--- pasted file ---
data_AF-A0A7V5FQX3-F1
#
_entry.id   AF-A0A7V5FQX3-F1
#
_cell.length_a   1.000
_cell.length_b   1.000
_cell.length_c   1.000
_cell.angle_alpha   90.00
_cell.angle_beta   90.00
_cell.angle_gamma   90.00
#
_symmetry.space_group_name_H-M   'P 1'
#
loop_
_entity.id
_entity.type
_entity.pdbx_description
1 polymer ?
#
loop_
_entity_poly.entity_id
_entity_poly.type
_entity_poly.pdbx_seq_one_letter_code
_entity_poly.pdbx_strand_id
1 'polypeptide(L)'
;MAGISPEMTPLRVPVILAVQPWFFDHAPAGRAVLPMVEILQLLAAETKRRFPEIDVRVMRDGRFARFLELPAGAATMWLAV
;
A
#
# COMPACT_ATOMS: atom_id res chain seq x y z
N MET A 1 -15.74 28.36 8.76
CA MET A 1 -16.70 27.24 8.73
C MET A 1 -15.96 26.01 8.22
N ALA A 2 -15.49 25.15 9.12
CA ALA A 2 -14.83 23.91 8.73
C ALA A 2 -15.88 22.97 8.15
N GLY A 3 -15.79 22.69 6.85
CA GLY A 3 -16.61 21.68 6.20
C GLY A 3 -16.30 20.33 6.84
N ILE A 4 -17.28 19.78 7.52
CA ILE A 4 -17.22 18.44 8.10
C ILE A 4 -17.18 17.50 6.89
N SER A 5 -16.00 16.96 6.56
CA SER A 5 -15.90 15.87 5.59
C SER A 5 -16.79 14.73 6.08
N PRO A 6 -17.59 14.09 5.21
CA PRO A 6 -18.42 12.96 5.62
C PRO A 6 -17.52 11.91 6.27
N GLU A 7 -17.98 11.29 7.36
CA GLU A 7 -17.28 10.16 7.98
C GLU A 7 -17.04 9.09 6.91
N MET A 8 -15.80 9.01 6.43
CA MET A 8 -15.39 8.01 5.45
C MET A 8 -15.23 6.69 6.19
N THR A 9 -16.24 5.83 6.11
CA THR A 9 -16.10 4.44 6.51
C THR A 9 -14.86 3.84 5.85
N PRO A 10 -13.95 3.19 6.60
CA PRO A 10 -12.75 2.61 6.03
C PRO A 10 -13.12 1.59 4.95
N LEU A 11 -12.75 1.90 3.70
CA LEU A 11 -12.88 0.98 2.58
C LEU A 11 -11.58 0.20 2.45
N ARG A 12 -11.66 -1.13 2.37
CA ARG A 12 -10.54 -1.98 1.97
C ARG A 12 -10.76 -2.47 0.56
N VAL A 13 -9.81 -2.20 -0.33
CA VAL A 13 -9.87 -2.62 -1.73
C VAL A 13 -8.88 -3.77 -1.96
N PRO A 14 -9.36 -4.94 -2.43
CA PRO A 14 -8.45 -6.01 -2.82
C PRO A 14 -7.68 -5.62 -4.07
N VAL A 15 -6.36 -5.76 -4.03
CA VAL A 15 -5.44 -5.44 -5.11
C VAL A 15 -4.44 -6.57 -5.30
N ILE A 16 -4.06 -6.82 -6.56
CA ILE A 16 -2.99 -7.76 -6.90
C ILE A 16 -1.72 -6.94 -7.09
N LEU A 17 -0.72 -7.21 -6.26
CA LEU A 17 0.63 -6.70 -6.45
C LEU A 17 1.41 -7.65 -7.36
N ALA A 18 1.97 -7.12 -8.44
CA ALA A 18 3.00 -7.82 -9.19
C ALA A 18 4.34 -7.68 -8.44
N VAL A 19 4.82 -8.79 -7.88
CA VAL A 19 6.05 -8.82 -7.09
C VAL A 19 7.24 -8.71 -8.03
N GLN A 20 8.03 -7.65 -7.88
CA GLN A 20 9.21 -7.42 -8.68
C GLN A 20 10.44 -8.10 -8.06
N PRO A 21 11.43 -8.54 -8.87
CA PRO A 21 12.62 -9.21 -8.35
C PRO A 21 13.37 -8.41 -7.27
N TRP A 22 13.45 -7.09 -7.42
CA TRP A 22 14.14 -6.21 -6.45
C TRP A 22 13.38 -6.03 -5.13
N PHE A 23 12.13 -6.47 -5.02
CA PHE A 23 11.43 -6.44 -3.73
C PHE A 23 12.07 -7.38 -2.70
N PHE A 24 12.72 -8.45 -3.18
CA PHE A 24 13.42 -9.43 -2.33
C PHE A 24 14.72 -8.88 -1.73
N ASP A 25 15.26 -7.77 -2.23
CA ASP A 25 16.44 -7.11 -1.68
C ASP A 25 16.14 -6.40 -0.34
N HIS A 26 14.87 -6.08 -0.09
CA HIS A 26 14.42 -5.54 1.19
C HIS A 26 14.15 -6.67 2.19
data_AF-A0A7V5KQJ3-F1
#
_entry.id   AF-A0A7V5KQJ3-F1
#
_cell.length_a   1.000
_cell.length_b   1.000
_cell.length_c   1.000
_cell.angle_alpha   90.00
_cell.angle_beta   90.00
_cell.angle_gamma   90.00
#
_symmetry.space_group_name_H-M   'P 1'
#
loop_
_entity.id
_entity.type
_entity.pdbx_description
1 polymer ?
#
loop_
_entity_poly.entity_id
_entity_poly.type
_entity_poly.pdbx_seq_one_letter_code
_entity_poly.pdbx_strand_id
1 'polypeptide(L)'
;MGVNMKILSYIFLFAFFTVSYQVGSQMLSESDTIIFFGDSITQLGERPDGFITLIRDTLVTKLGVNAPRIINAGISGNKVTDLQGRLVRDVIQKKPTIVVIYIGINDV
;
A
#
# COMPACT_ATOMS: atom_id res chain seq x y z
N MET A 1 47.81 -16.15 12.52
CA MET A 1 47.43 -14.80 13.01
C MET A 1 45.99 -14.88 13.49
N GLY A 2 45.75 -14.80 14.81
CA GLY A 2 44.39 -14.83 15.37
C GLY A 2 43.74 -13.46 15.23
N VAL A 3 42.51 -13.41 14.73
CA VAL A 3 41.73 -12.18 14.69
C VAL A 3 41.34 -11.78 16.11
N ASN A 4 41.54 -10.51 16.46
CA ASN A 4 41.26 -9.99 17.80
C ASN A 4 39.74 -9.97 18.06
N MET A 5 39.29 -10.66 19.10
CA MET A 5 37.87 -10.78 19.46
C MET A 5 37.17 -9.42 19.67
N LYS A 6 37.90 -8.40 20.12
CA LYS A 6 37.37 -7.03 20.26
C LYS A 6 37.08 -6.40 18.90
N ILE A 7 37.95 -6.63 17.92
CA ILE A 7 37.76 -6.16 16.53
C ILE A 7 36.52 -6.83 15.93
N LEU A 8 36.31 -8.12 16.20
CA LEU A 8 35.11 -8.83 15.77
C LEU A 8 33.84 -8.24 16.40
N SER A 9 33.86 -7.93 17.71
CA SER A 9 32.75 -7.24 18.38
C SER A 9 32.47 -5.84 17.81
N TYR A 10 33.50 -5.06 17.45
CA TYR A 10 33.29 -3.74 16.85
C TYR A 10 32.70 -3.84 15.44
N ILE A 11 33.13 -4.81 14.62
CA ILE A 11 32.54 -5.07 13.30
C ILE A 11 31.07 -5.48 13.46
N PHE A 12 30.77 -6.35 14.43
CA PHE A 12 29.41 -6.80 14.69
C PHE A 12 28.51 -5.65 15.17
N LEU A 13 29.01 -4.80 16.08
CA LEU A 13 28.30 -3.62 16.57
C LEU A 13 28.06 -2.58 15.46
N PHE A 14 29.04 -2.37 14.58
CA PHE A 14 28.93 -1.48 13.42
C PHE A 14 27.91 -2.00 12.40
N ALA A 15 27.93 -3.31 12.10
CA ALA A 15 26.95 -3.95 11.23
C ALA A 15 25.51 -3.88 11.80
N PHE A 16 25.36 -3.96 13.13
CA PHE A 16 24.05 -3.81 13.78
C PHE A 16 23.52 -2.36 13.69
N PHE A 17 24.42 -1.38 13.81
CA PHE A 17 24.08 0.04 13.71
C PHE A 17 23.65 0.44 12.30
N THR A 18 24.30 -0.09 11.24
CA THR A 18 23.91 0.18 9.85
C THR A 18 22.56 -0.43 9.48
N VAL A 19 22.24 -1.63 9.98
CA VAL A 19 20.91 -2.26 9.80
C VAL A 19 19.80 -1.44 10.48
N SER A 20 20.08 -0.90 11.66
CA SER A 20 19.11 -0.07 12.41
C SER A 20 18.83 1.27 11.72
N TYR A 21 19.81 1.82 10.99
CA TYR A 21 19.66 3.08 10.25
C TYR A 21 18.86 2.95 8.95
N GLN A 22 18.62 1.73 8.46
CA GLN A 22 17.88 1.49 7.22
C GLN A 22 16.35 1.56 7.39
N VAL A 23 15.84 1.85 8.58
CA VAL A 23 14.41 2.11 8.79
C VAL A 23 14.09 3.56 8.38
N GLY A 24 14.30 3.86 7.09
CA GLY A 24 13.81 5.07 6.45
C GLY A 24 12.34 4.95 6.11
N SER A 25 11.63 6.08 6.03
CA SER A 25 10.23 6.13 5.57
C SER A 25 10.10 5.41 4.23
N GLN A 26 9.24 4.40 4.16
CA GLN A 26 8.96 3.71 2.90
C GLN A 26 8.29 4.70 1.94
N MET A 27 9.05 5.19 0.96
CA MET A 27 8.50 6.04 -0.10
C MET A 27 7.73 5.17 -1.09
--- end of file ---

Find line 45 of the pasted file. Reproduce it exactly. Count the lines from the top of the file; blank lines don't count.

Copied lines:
C SER A 5 -16.79 14.73 6.08